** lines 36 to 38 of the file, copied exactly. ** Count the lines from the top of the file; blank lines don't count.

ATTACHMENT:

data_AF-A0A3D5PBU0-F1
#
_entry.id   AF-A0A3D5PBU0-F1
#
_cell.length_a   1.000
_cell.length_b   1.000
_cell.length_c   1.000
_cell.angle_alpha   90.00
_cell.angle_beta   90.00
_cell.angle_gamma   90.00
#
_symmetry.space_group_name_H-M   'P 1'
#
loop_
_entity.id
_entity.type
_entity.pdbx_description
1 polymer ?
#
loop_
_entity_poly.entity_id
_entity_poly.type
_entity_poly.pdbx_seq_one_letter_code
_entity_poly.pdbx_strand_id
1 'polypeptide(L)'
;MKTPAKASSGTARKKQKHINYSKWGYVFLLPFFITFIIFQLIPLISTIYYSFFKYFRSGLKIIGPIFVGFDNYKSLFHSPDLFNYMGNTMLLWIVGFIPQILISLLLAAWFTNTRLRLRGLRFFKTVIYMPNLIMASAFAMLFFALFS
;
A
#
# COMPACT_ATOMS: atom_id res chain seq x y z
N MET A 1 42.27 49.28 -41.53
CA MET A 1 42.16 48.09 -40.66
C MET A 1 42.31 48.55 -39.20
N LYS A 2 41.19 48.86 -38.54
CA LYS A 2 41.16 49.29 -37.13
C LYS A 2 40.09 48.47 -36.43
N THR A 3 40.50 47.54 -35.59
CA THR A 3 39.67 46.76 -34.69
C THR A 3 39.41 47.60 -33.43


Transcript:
C LYS A 2 40.09 48.47 -36.43
N THR A 3 40.50 47.54 -35.59
CA THR A 3 39.67 46.76 -34.69